In our study an adverse event will be defined as any untoward medical occurrence in a subject without regard to the possibility of a causal relationship. Adverse events will be collected after the subject has provided consent and enrolled in the study. If a subject experiences an adverse event after the informed consent document is signed (entry) but the subject has not started to receive study intervention, the event will be reported as not related to study drug. All adverse events occurring after entry into the study and until hospital discharge will be recorded. An adverse event that meets the criteria for a serious adverse event (SAE) between study enrollment and hospital discharge will be reported to the local IRB as an SAE. If haloperidol is discontinued as a result of an adverse event, study personnel will document the circumstances and data leading to discontinuation of treatment. A serious adverse event for this study is any untoward medical occurrence that is believed by the investigators to be causally related to study-drug and results in any of the following: Life-threatening condition (that is, immediate risk of death); severe or permanent disability, prolonged hospitalization, or a significant hazard as determined by the Data Safety Monitoring Board. Serious adverse events occurring after a subject is discontinued from the study will NOT be reported unless the investigators feels that the event may have been caused by the study drug or a protocol procedure. Investigators will determine relatedness of an event to study drug based on a temporal relationship to the study drug, as well as whether the event is unexpected or unexplained given the subject's clinical course, previous medical conditions, and concomitant medications.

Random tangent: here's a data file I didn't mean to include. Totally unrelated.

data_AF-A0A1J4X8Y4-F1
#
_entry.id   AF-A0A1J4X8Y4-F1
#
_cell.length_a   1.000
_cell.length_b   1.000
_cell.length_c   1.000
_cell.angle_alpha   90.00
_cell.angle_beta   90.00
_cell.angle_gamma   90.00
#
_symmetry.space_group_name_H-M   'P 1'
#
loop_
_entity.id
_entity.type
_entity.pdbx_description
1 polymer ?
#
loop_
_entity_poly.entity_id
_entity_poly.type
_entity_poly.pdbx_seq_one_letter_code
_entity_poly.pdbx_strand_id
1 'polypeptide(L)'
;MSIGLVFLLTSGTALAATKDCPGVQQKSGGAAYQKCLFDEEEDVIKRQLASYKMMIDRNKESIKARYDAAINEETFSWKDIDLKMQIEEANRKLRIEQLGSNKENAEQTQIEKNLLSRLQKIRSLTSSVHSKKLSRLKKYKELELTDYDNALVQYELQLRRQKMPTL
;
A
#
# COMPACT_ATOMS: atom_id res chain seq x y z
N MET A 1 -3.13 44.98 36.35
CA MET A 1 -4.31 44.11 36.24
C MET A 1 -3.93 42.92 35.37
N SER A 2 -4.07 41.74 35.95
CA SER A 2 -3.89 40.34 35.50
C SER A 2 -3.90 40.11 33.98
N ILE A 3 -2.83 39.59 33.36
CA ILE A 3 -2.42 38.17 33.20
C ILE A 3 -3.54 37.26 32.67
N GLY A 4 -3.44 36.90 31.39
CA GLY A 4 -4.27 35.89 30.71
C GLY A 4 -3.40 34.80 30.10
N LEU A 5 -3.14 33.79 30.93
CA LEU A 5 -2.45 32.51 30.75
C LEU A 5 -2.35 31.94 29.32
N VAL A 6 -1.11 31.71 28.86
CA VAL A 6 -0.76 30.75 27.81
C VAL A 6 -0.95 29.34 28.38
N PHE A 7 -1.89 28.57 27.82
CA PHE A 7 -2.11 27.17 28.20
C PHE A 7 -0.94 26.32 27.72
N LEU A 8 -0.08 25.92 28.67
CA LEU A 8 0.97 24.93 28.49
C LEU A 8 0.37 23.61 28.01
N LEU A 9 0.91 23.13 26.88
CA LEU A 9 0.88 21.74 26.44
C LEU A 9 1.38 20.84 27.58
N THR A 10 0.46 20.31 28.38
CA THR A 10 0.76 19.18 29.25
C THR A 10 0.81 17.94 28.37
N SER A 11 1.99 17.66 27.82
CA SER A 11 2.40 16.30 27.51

Although haloperidol is widely used in treatment of delirium, it is not approved by the FDA for such use, and its efficacy in such treatment is not clear. Although our study employs a low dose (1.5 mg per day) of haloperidol for a short period of time (seven days), its potential adverse effects of QT prolongation and extrapyramidal symptoms (EPS) will be monitored during the study. The study will monitor for the following movement-related adverse effects daily through patient examination and chart review: dystonia, akathisia, pseudoparkinsonism, akinesia, and neuroleptic malignant syndrome. Study personnel will use the Simpson-Angus  and Barnes Akathisia  scales to monitor movement-related effects.